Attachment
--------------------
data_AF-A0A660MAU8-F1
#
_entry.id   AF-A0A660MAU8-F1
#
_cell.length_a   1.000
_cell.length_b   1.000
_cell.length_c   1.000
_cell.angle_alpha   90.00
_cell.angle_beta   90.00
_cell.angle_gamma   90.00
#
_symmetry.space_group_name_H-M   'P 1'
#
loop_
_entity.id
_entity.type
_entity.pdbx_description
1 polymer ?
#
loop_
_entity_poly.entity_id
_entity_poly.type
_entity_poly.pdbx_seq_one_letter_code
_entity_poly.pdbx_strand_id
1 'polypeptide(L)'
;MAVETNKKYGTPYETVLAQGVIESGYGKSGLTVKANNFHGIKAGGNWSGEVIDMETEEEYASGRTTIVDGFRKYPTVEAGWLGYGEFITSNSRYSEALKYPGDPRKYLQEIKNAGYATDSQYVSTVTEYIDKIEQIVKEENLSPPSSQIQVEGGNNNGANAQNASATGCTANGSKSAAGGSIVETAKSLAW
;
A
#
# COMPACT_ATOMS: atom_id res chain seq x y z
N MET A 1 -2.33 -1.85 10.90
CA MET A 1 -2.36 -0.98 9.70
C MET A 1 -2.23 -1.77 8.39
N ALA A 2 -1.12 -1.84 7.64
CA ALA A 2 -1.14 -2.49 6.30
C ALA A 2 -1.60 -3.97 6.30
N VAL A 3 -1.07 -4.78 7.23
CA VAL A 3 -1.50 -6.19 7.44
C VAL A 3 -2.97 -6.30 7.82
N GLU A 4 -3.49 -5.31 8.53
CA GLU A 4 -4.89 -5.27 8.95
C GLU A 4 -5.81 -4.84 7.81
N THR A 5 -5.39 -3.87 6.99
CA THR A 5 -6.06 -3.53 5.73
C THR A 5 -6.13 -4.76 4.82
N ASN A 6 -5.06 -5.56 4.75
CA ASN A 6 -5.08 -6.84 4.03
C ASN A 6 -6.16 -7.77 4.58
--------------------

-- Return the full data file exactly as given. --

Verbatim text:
data_AF-A0A660MAU8-F1
#
_entry.id   AF-A0A660MAU8-F1
#
_cell.length_a   1.000
_cell.length_b   1.000
_cell.length_c   1.000
_cell.angle_alpha   90.00
_cell.angle_beta   90.00
_cell.angle_gamma   90.00
#
_symmetry.space_group_name_H-M   'P 1'
#
loop_
_entity.id
_entity.type
_entity.pdbx_description
1 polymer ?
#
loop_
_entity_poly.entity_id
_entity_poly.type
_entity_poly.pdbx_seq_one_letter_code
_entity_poly.pdbx_strand_id
1 'polypeptide(L)'
;MAVETNKKYGTPYETVLAQGVIESGYGKSGLTVKANNFHGIKAGGNWSGEVIDMETEEEYASGRTTIVDGFRKYPTVEAGWLGYGEFITSNSRYSEALKYPGDPRKYLQEIKNAGYATDSQYVSTVTEYIDKIEQIVKEENLSPPSSQIQVEGGNNNGANAQNASATGCTANGSKSAAGGSIVETAKSLAW
;
A
#
# COMPACT_ATOMS: atom_id res chain seq x y z
N MET A 1 -2.33 -1.85 10.90
CA MET A 1 -2.36 -0.98 9.70
C MET A 1 -2.23 -1.77 8.39
N ALA A 2 -1.12 -1.84 7.64
CA ALA A 2 -1.14 -2.49 6.30
C ALA A 2 -1.60 -3.97 6.30
N VAL A 3 -1.07 -4.78 7.23
CA VAL A 3 -1.50 -6.19 7.44
C VAL A 3 -2.97 -6.30 7.82
N GLU A 4 -3.49 -5.31 8.53
CA GLU A 4 -4.89 -5.27 8.95
C GLU A 4 -5.81 -4.84 7.81
N THR A 5 -5.39 -3.87 6.99
CA THR A 5 -6.06 -3.53 5.73
C THR A 5 -6.13 -4.76 4.82
N ASN A 6 -5.06 -5.56 4.75
CA ASN A 6 -5.08 -6.84 4.03
C ASN A 6 -6.16 -7.77 4.58